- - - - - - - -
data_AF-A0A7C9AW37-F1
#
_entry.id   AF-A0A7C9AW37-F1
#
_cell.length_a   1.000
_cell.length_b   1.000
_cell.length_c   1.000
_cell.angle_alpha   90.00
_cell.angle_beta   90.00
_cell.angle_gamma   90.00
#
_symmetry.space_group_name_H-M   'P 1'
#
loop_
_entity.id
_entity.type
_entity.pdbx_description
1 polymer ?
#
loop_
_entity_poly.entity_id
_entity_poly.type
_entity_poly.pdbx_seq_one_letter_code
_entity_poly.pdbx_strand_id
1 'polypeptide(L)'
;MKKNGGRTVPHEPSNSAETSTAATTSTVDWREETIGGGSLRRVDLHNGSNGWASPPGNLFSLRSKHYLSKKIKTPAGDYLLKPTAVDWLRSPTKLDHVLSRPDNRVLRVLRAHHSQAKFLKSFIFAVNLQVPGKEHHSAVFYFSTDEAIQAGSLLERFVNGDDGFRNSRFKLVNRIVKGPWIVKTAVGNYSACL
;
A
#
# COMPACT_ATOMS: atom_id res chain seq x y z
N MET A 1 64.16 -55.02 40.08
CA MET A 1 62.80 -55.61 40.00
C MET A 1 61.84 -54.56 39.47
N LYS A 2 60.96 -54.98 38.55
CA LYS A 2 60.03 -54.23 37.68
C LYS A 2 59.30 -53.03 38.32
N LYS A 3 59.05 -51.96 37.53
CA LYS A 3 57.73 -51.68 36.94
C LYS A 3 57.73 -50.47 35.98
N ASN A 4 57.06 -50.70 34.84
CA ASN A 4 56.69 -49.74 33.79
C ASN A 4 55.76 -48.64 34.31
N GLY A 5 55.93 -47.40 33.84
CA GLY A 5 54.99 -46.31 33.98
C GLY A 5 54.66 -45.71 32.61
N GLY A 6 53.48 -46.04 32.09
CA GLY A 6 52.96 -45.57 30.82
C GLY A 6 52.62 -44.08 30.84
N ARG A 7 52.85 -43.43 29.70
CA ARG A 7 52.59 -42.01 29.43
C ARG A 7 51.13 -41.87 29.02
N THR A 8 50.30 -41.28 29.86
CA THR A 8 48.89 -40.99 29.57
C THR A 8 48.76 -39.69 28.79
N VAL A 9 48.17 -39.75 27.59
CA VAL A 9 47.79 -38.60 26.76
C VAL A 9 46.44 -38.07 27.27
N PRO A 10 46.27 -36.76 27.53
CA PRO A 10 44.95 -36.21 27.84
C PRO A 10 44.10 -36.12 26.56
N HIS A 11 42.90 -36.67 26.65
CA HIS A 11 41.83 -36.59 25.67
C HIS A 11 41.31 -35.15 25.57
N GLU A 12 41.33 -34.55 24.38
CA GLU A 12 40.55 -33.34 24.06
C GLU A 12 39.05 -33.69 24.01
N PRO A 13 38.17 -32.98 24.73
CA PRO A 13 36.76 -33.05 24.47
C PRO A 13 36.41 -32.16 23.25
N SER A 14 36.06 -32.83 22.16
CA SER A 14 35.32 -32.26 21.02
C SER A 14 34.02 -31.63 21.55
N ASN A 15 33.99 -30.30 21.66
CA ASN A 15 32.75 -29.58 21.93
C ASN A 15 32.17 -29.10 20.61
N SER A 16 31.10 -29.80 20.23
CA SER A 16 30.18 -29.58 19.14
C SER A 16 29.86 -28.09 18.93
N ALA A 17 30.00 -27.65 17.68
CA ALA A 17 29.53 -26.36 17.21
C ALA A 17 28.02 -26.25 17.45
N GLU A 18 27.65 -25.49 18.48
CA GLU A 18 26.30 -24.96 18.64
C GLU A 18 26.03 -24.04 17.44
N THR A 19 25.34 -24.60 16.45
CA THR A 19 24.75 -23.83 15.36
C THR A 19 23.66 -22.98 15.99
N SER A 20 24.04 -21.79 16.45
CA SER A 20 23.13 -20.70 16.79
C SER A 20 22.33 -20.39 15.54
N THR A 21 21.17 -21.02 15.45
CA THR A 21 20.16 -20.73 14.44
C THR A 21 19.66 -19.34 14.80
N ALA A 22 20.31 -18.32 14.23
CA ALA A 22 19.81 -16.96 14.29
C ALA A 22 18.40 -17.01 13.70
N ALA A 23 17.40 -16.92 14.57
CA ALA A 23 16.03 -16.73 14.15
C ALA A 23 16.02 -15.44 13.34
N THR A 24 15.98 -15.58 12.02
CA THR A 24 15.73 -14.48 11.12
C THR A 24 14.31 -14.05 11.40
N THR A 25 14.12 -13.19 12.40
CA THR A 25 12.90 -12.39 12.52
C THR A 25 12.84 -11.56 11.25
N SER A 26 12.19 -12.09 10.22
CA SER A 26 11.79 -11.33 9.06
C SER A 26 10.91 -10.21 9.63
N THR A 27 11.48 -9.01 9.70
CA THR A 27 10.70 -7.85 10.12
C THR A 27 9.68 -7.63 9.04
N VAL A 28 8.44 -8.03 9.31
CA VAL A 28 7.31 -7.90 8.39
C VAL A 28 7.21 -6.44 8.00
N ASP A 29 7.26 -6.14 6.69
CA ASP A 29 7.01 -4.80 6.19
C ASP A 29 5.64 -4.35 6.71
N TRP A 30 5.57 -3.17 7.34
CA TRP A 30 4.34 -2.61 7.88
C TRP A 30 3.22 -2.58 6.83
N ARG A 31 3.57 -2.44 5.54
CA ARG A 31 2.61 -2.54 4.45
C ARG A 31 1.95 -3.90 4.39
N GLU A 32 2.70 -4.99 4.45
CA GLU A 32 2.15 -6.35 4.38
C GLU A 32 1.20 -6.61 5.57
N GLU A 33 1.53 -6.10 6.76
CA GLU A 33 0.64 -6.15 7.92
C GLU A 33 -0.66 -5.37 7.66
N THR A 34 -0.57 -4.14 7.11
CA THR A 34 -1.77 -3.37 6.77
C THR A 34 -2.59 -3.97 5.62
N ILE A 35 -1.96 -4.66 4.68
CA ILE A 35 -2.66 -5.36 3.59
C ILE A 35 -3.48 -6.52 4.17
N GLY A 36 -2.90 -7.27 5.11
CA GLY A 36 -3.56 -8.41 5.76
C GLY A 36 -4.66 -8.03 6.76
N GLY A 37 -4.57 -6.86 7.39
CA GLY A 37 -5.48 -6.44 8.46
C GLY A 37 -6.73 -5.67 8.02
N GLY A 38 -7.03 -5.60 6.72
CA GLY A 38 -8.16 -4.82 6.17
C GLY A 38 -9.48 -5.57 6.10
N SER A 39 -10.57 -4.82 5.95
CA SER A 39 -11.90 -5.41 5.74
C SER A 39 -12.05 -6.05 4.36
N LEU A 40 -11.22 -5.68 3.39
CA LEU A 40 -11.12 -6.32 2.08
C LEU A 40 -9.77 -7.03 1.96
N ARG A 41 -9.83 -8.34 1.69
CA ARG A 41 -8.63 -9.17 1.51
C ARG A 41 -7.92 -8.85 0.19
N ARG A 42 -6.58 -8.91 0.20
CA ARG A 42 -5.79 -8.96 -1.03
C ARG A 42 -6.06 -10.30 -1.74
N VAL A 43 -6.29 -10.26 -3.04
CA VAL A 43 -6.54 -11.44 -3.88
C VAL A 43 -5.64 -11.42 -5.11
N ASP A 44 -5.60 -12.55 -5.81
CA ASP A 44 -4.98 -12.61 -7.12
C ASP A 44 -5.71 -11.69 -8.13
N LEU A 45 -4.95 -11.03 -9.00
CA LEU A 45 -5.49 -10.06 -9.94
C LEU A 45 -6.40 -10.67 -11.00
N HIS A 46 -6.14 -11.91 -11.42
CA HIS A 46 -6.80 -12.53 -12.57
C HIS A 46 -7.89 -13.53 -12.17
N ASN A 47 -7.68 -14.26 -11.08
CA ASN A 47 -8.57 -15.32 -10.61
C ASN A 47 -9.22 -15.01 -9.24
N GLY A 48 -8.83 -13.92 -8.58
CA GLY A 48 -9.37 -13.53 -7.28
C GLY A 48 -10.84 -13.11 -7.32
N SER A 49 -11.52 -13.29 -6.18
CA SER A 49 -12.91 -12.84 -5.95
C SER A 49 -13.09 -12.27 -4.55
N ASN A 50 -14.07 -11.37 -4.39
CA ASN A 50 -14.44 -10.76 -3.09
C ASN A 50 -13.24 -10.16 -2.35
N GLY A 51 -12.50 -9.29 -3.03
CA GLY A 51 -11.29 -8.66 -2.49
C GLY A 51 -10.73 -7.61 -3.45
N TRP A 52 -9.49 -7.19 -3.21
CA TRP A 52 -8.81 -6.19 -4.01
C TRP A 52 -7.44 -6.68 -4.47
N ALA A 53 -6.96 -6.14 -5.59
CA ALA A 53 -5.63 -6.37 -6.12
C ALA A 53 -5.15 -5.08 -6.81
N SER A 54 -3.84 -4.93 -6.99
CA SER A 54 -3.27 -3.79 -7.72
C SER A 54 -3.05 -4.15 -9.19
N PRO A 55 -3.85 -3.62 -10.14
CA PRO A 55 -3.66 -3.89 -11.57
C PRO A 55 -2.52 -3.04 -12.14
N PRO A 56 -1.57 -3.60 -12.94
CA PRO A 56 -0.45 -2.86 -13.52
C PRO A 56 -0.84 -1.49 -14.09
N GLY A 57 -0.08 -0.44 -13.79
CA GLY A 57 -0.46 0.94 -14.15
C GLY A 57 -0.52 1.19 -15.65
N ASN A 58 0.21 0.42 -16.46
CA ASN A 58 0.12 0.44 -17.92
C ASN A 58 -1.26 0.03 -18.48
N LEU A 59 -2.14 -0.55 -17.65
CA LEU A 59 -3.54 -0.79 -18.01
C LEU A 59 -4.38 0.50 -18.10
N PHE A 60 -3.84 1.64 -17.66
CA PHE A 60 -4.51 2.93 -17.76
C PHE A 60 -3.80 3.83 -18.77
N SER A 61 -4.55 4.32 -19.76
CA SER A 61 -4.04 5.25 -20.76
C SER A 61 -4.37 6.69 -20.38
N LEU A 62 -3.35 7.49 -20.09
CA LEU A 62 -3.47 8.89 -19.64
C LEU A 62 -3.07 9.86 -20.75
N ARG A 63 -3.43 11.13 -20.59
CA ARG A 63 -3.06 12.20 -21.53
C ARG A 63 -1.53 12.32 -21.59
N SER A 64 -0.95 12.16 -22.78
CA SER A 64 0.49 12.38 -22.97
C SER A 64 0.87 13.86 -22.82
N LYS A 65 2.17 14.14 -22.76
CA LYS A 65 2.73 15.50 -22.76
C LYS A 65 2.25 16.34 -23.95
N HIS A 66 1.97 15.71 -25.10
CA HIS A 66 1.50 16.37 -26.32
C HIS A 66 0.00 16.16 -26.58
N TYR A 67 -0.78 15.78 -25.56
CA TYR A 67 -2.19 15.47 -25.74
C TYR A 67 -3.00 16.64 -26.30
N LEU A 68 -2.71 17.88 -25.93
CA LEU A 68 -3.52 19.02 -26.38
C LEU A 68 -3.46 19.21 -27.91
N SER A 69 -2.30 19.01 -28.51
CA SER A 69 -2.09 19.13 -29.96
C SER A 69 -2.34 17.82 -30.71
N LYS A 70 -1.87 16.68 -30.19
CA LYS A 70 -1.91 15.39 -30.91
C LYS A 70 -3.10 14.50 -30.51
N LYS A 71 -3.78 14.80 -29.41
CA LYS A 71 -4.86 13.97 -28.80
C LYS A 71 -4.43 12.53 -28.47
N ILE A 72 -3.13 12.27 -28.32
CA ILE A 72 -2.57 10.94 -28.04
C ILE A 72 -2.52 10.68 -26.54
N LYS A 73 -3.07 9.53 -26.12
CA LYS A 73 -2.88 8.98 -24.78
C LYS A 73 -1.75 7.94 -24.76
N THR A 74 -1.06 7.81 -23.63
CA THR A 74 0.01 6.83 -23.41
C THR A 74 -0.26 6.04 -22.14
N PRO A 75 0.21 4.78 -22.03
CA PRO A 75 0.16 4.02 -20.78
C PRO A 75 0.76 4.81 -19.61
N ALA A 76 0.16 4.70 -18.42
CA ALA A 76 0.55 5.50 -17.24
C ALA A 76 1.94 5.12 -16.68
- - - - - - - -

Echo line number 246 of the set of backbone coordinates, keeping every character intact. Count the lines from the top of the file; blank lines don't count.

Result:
C ILE A 72 -2.52 10.68 -26.54